Last week, WWF and a broad coalition of NGOs and industry hosted an event on Parliament Hill calling on Canada to mark March 18 as National Sustainable Seafood Day. The idea behind the annual day is to offer all Canadians the opportunity to celebrate the incredible diversity of life in our oceans, rivers and lakes, the enormous contribution they make to our economy, and to better understand what's being done -- and what needs to be done -- to ensure people and this hugely important part of our planet continue to thrive.
Improving the way we fish and grow seafood is critical to the survival of some of our planet's most threatened marine and freshwater species and environments. But a national sustainable seafood day is also a critical reminder that even through our everyday choices in what food we buy, we can have a profound impact on the future of life on our planet. And nowhere is that more true than at our fish counters.
Though largely out of sight and mind, wildlife in our oceans is struggling. Eighty-five per cent of the world's marine stocks are either fully exploited or overfished. And in spite of this, we're still running more than double the number of fishing vessels than our oceans can support. Canada's cod stocks, though showing some signs of recovery, are a mere fraction of what they once were. And the same story is unfolding for other commercial species: tuna, salmon and Atlantic halibut among them.
Meanwhile the world's at-risk sharks, whales and marine turtles continue to get caught up in fishing gear -- the unintentional victims of our increasing demand for seafood (or "bycatch" for short).
Reversing this downward trend means changing the way we fish and farm our oceans. And that means transforming how it all gets done -- from what goes on in the boat to what you choose to put on your plate.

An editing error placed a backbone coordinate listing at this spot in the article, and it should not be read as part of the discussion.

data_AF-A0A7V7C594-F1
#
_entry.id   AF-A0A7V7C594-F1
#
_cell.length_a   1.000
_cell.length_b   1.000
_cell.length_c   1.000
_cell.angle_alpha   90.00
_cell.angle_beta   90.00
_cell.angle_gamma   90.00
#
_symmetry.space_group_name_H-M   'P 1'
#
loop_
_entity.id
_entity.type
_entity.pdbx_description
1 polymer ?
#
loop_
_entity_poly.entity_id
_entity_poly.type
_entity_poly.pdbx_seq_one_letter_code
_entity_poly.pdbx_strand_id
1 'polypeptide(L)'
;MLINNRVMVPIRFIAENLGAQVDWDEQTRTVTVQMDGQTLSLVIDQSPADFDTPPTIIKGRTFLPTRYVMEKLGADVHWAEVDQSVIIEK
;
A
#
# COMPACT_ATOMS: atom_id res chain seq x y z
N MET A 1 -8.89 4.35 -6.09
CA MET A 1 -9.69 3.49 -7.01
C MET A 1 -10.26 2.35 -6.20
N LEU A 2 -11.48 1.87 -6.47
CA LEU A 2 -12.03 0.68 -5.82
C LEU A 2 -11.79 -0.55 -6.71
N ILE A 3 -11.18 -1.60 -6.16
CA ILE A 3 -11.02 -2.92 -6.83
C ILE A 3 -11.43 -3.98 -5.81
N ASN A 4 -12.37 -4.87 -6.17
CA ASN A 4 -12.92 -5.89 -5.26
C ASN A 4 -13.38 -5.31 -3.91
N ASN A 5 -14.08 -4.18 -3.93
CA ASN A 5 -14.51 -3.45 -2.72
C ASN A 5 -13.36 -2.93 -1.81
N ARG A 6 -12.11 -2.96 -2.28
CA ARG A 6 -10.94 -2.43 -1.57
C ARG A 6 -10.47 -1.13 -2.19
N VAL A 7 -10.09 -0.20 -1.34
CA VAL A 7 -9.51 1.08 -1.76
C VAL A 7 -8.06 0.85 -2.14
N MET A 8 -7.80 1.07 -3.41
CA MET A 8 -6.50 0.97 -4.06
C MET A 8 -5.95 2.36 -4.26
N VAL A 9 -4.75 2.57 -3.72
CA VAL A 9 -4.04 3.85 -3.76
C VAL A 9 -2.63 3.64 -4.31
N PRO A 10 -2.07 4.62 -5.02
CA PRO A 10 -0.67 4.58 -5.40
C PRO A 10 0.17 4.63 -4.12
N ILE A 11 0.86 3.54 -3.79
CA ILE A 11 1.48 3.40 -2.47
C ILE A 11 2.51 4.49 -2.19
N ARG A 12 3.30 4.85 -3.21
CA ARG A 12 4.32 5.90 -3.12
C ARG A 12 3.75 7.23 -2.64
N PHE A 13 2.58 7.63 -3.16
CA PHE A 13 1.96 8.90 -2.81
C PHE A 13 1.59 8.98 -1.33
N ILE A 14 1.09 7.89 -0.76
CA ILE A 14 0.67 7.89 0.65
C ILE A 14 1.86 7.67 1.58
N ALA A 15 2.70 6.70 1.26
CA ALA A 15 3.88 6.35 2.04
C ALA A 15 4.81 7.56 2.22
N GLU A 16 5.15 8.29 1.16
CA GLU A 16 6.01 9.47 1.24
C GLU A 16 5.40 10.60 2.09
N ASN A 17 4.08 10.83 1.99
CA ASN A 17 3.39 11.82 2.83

It's a tremendous endeavour. Canada's largest food retailer, Loblaw Companies Limited (Loblaw), has been helping catalyze change on the water since 2009 when they made the industry-leading commitment to ensure that all of the seafood it sells comes from sustainable sources. Encompassing wild and farmed, fresh, frozen and canned seafood, the company's goal also covers products that contain seafood ingredients including fish oil supplements, omega-3 orange juice, and even pet food.
This is very good news for the health of our oceans and everything in them. Its evidence is a growing volume of certified sustainable products on Loblaw's shelves meeting the most rigorous standards in existence: the Marine Stewardship Council (MSC) for wild capture fisheries and the Aquaculture Stewardship Council (ASC) for farmed seafood. These standards help address some of the greatest threats to oceans life: destruction of habitat, bycatch, and overfishing.
In Loblaw's seafood progress report, released today, approximately 88 per cent of its seafood product sales are procured from MSC or ASC certified sources, acceptable sources with conditions, or sources making meaningful progress toward sustainability. As the country's largest buyer and seller of seafood, this is a truly phenomenal milestone for Loblaw, one that especially resonates as we continue to call for a national day that celebrates Canada's efforts to keep its oceans healthy. What it means is that you and I now have direct access to certified sustainable seafood products which helps support the future of life in our oceans, no matter how close or far we live from them. It's right there before us, at our local grocery store.
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